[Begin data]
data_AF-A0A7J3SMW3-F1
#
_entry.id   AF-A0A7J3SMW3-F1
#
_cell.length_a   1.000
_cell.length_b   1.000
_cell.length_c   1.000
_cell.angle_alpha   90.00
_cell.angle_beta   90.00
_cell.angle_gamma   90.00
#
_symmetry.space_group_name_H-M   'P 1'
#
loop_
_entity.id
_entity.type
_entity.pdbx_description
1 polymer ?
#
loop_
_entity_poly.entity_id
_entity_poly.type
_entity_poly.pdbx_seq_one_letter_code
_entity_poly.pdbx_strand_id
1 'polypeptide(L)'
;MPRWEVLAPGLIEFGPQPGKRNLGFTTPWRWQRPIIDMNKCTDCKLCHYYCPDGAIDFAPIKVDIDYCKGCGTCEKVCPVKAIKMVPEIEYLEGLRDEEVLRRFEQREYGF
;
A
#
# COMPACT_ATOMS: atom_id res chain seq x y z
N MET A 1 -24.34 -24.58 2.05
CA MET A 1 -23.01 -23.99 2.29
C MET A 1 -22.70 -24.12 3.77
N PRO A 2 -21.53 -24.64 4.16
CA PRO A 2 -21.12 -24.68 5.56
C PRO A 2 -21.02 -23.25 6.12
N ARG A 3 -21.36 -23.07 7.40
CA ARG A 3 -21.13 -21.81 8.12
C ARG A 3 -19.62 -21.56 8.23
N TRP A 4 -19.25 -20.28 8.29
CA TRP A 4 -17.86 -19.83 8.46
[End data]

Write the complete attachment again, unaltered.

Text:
data_AF-A0A7J3SMW3-F1
#
_entry.id   AF-A0A7J3SMW3-F1
#
_cell.length_a   1.000
_cell.length_b   1.000
_cell.length_c   1.000
_cell.angle_alpha   90.00
_cell.angle_beta   90.00
_cell.angle_gamma   90.00
#
_symmetry.space_group_name_H-M   'P 1'
#
loop_
_entity.id
_entity.type
_entity.pdbx_description
1 polymer ?
#
loop_
_entity_poly.entity_id
_entity_poly.type
_entity_poly.pdbx_seq_one_letter_code
_entity_poly.pdbx_strand_id
1 'polypeptide(L)'
;MPRWEVLAPGLIEFGPQPGKRNLGFTTPWRWQRPIIDMNKCTDCKLCHYYCPDGAIDFAPIKVDIDYCKGCGTCEKVCPVKAIKMVPEIEYLEGLRDEEVLRRFEQREYGF
;
A
#
# COMPACT_ATOMS: atom_id res chain seq x y z
N MET A 1 -24.34 -24.58 2.05
CA MET A 1 -23.01 -23.99 2.29
C MET A 1 -22.70 -24.12 3.77
N PRO A 2 -21.53 -24.64 4.16
CA PRO A 2 -21.12 -24.68 5.56
C PRO A 2 -21.02 -23.25 6.12
N ARG A 3 -21.36 -23.07 7.40
CA ARG A 3 -21.13 -21.81 8.12
C ARG A 3 -19.62 -21.56 8.23
N TRP A 4 -19.25 -20.28 8.29
CA TRP A 4 -17.86 -19.83 8.46